Study Finds Kids in Walkable Neighborhoods More Active and other Health GIS News
University of California, Berkeley researchers did a study to determine if neighborhood designs with mixed land use, walkable neighborhoods, compact housing, and green space could impact child health. They measured the activity levels of children in a smart growth community and compared them to activity levels of children in conventional suburban communities in California. The kids wore GPS recievers and accelerometers devices for a week. Bottom line:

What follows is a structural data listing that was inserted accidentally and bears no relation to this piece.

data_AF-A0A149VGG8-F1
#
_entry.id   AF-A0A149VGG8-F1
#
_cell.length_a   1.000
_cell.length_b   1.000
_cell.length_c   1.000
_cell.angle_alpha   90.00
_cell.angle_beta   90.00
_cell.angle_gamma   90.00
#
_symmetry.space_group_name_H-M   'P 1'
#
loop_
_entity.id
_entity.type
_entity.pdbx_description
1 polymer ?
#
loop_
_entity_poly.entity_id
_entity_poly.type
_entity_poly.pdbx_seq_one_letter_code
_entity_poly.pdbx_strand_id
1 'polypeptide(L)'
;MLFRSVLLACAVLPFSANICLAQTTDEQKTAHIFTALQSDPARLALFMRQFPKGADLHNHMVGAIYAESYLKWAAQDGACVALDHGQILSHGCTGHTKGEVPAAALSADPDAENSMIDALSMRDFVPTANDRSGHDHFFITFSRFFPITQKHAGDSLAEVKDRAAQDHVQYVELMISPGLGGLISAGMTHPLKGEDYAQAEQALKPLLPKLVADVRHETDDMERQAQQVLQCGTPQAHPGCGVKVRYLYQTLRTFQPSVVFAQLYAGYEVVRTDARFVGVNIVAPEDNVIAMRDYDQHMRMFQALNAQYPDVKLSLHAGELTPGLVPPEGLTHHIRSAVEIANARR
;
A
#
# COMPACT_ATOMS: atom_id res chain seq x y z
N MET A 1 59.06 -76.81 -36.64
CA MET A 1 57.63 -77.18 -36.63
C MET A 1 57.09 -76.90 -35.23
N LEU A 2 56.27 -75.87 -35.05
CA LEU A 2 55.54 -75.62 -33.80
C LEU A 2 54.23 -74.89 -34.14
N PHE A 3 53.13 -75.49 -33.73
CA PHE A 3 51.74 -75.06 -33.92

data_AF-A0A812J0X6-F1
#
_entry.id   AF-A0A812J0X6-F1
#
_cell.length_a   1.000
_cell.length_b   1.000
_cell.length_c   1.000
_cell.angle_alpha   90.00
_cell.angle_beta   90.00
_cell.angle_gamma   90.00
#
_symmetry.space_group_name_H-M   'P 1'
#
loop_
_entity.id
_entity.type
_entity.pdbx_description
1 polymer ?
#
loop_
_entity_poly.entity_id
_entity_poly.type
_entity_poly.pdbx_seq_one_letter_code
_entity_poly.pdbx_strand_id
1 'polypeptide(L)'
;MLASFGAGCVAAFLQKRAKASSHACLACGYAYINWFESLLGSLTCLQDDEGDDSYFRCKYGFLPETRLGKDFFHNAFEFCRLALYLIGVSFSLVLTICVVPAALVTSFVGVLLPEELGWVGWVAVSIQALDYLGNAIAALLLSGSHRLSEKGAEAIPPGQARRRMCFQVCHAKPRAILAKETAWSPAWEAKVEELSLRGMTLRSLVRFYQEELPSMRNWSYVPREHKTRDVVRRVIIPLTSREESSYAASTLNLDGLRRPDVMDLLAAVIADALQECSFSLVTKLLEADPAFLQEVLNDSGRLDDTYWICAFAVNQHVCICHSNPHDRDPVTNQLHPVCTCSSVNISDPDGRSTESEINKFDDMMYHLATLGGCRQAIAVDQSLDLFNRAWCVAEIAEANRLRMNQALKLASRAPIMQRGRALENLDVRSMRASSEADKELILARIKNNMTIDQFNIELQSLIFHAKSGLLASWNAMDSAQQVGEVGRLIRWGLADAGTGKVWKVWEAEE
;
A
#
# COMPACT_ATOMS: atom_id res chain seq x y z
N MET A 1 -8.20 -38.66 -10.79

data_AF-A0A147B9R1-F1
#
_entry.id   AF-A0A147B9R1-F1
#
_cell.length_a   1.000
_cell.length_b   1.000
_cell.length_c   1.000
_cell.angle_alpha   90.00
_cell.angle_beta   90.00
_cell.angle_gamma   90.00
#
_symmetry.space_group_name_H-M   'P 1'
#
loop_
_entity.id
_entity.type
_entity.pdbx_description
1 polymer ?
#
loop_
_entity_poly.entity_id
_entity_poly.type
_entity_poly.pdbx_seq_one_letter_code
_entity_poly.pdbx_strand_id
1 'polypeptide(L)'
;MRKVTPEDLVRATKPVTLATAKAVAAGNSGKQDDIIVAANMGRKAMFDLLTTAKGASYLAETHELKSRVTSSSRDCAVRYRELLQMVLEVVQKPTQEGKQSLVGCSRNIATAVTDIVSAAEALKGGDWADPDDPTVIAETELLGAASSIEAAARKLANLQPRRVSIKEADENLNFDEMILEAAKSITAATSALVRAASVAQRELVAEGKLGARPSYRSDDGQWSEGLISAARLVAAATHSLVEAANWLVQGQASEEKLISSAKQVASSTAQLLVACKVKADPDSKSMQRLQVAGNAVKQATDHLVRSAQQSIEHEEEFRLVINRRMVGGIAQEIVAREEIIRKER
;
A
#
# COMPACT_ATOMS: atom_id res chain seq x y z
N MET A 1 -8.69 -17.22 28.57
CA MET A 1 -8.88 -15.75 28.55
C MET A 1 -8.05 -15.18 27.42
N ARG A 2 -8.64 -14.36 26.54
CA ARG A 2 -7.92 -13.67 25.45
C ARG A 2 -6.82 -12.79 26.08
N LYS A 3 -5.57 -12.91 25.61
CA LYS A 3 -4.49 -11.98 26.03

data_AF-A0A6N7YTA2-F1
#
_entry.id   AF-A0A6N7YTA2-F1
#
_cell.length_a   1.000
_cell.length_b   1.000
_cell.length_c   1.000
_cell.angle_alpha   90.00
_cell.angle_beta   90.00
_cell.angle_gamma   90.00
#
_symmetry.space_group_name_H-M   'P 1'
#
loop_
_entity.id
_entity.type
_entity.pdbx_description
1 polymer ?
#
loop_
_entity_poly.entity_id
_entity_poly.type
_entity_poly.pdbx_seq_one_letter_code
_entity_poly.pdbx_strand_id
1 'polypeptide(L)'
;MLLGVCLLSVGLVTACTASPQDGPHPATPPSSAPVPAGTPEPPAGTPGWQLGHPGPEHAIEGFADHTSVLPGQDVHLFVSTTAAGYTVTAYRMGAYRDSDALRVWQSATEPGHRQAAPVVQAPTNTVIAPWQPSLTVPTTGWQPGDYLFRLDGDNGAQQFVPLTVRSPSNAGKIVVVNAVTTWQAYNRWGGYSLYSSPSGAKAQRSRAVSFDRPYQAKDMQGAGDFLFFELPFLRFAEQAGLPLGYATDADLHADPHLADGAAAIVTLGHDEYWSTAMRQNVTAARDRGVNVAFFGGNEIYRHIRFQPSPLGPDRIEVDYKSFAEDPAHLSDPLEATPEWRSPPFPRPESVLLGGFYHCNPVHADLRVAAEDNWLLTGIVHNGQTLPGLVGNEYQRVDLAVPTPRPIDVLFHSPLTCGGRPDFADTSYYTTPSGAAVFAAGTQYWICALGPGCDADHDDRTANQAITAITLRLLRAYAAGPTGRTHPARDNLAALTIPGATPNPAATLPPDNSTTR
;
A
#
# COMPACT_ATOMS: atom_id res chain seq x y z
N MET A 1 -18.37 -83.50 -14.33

After analyzing the results, researchers noted one significant difference: Kids in the smart growth neighborhood showed local activity levels that were 46% higher than those of kids who resided in the ticky-tacky Chino suburbs' rows upon rows of post-war housing.
John Sharp, chancellor of The Texas A&M University System, has announced that FAZD has received $2 million in federal funds from the Department of Homeland Security’s Science and Technology Directorate to develop a disease-surveillance technology designed to protect US animal agriculture from potentially catastrophic outbreaks of infectious pathogens. The project has the potential for a total $9 million investment over a three-year period.